Best gun for the homestead

homestead-firearm

 

Best gun for the homestead

I come from a small and somewhat isolated town in the Pacific North West. My graduating class had 13 people. I am currently a ranch hand on a somewhat large horse ranch (between 30-40 high end horses). The main industry in our town is logging, cattle, and dairy, along with some tourism since we boarder a national forest.
Our small independently owned and operated hardware store only stocks a few boxes of the most popular ammunition. They are: .22 lr, .22 magnum, .223, 38 auto, 38 Special, 9mm, .357, .40, .44, .45, 12 gage buck/bird shot, 410 buckshot, .308, 30-06, 270. Those are the most popular cartridges for hunters, farmers, and cattlemen in my area. They have one box of 50 cal, but it has been sitting there gathering dust for years.

People around here own firearms for a variety of reasons including, but not limited to: home defense, predators (bears, mountain lions), hunting (turkey, geese, deer, elk, bear, cougar), as well as putting down livestock (pig, cattle, whatever can fill the smoke house).

Let’s assume that you don’t know anything about firearms. From the list above the popular handgun cartridges for country folk are: .22 lr, 38 auto, 38 Special, 9mm, .357, .40, .44, and 45. Of these 8 options, I would say that .22 lr, 38 Special, and 9mm have the greatest turnover. There are revolvers out there that are chambered in .22 magnum, but it’s mostly used as a rifle cartridge.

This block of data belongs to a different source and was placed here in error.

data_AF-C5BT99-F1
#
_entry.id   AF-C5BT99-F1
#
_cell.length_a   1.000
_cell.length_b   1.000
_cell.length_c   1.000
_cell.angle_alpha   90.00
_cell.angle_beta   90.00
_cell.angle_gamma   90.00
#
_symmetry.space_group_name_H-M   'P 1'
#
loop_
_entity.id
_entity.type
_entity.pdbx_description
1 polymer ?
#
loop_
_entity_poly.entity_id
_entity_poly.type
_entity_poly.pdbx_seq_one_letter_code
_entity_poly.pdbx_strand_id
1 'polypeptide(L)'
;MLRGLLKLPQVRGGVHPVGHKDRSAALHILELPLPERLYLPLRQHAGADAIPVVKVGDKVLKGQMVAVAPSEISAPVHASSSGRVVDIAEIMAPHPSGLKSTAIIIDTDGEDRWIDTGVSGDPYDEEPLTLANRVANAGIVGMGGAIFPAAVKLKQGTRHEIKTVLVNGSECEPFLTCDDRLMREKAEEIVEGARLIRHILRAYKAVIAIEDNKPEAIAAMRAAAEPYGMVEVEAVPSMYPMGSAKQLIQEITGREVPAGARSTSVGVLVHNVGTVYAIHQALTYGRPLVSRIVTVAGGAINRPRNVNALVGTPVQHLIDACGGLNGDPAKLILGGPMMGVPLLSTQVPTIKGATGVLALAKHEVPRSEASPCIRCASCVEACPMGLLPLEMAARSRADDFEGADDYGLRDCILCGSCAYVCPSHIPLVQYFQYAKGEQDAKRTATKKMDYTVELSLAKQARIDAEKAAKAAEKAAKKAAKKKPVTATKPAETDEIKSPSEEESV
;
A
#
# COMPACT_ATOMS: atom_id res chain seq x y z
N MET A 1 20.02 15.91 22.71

The most popular rifle cartridges (in my area) are .22 lr, .22 magnum, .223, 12 gage buck/bird shot, .308, and 30-06. The turnover for these cartridges varies depending on the time of year. Since we are in hunting season (deer/elk) the 30-06 has been flying off the shelves. However, .22lr and .223 are in the highest demand throughout the year with .308, 12 gage, 270, and 30-06 being primarily seasonal cartridges (hunting season).

Philosophy of use for a homestead firearm:

I once had a friend who doesn’t know anything about firearms ask me why there are so many different calibers and types of firearms. The short answer is that a gun is a tool that has a variety of uses. The same person would be tempted to ask why one person would need so many guns. The answer for me at least is the same reason that I own so many different screw drivers.

Arguably the most versatile gun is the 12 gage shot gun. When it came to the original pioneers/homesteaders their number one choice was the shotgun. In regards to personal protection it has a lot of stopping power. When it comes to hunting it will work for both deer and birds such as geese and turkey.   They are also relatively inexpensive (you can pick up a new one for less than $200). They are also simple to use/clean and can last for multiple generations if properly cared for.